This is great question and an area where most Catholics would struggle to answer. Many, in fact, would probably end up articulating theories of atonement that are generally more Protestant in nature simply because of their prevalence in society.
The short answer is this: while it is absolutely a dogmatic teaching that Christ's death on the cross makes possible our salvation (because he said so himself at the Last Supper), how his death achieves such an end is a matter of theological investigation and there isn't a single, obvious, "dominant" Catholic theory.
Yes, you can always look up any particular theologian's ideas on the topic—and someone like Aquinas is an obvious example if you're approaching the subject from a Catholic perspective. But I believe your question is looking for something more: why, theologically, would any one atonement theory be more Catholic than another?
To answer that, we have to recognize the tremendously systematic nature of the Catholic theological tradition. In other words, every part of Catholic theology is integrally connected to the other parts. So an atonement theory that is most Catholic in nature would be one that is most compatible with a Catholic understanding of grace, salvation, humanity, and that particularly sacramental worldview so characteristic of Catholicism.
Let's look a just a few of those areas, though I'm sure it would be possible to write a entire volume on the topic (indeed, there probably is one).
First, consider a Catholic understanding of human nature and grace in contrast with Calvinism. For Calvin, humans are totally depraved and ultimately incapable of any goodness in this life. Even acts that, on the surface, appear to be altruistic are selfish and self-serving. God's grace doesn't change that human reality for Calvin—which is why no one could ever "merit" salvation in any way and salvation is completely the work of God alone.
Catholics, on the other hand, see God's grace as sanctifying and transformative. Humans must cooperate with God's grace through free acceptance of it, and in doing so humans can actually reflect God's goodness in this life. That is why Catholics continue to celebrate saints and call everyone to a life of holiness. In short, Catholics believe that God's grace can actually make us—Christ's Body, the Church—a sacramental sign of his love and goodness. Humans aren't always perfect, for sure. But through God's grace, we can be good and loving in this life. Calvin would never say that.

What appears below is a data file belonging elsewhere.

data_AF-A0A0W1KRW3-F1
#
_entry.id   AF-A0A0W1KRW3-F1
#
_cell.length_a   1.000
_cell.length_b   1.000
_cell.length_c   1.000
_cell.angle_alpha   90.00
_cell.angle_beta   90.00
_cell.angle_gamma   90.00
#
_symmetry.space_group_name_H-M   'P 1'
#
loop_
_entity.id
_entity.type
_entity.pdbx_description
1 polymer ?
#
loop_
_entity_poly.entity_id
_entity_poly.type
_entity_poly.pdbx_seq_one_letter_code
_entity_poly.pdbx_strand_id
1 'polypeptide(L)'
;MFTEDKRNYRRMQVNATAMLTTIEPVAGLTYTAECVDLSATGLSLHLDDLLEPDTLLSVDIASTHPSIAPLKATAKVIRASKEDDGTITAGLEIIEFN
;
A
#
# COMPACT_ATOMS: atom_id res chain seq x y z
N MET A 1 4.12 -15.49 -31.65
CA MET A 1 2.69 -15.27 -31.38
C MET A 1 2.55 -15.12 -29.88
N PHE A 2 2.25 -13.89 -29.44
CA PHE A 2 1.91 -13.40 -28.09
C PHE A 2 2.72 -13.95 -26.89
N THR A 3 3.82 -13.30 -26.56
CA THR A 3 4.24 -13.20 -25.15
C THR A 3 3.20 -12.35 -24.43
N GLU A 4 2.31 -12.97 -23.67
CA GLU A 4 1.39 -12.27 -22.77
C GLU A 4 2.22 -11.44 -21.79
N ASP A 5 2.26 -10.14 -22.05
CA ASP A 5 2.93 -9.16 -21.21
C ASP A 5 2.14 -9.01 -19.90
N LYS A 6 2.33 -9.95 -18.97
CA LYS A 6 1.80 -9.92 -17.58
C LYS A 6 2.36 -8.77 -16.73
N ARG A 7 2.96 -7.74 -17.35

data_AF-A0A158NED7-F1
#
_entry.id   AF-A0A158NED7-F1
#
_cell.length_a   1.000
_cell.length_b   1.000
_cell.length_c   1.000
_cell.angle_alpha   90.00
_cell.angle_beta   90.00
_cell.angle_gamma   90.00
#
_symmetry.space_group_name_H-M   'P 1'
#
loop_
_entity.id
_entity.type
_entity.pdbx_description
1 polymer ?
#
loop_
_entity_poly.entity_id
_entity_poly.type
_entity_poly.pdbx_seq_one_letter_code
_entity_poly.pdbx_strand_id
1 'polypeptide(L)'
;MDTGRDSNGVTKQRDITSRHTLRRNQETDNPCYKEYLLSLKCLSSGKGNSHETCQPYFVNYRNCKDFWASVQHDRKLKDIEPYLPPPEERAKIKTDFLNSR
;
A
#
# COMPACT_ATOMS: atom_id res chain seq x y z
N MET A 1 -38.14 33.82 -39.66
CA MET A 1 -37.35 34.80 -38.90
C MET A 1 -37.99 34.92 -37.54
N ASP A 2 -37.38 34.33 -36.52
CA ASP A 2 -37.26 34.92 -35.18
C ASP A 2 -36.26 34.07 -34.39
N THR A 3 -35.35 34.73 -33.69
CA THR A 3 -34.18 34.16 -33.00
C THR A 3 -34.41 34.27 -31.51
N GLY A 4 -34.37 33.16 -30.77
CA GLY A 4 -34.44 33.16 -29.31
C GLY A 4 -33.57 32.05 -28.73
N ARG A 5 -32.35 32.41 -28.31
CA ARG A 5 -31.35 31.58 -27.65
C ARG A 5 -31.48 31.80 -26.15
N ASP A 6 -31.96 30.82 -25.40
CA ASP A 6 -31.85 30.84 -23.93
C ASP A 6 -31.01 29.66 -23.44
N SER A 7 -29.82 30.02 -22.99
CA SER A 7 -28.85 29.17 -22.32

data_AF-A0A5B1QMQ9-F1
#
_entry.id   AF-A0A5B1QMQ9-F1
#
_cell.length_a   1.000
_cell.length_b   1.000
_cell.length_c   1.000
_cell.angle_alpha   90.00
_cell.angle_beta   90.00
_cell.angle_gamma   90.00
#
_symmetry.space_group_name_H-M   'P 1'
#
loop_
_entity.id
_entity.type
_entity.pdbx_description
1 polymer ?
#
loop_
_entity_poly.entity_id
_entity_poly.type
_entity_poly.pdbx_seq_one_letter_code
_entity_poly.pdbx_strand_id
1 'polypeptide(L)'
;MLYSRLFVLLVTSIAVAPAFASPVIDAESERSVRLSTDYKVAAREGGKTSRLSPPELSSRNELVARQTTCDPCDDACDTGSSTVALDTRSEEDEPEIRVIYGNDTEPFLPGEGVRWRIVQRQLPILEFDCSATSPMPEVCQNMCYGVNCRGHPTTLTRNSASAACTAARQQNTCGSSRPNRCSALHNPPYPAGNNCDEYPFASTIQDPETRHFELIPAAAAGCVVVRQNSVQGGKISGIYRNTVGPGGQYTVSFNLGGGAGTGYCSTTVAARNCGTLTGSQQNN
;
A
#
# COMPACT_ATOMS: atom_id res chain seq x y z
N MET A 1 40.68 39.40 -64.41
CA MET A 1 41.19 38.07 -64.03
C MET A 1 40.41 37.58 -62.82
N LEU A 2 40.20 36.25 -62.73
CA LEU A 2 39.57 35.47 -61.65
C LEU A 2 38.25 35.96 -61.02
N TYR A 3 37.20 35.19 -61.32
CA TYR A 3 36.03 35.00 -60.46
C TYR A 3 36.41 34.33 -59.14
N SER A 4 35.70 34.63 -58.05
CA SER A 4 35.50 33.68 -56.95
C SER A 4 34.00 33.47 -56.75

How might that affect one's theology of the cross and salvation? Well, for starters, it is easy to see why Calvin approaches the cross simply as an event in which our punishment gets taken up by Christ. For him, the cross allows us—who are utterly unworthy of salvation—to attain it in a type of theological loophole. A Catholic approach to the cross is going to be much more open to the cross being an event in which Christ's act of love on the cross definitively defeats our slavery to sin and enables us to unite with God in salvation—a process that begins in this life and reaches ultimate fulfillment in heaven. In other words, the cross is an act of love first and foremost. St. Francis de Sales has a lovely Good Friday sermon that speaks well to this approach. But I also think that Karl Rahner, one of the greatest Catholic theologians of the 20th century, also takes an approach in this direction.
I hope this helps...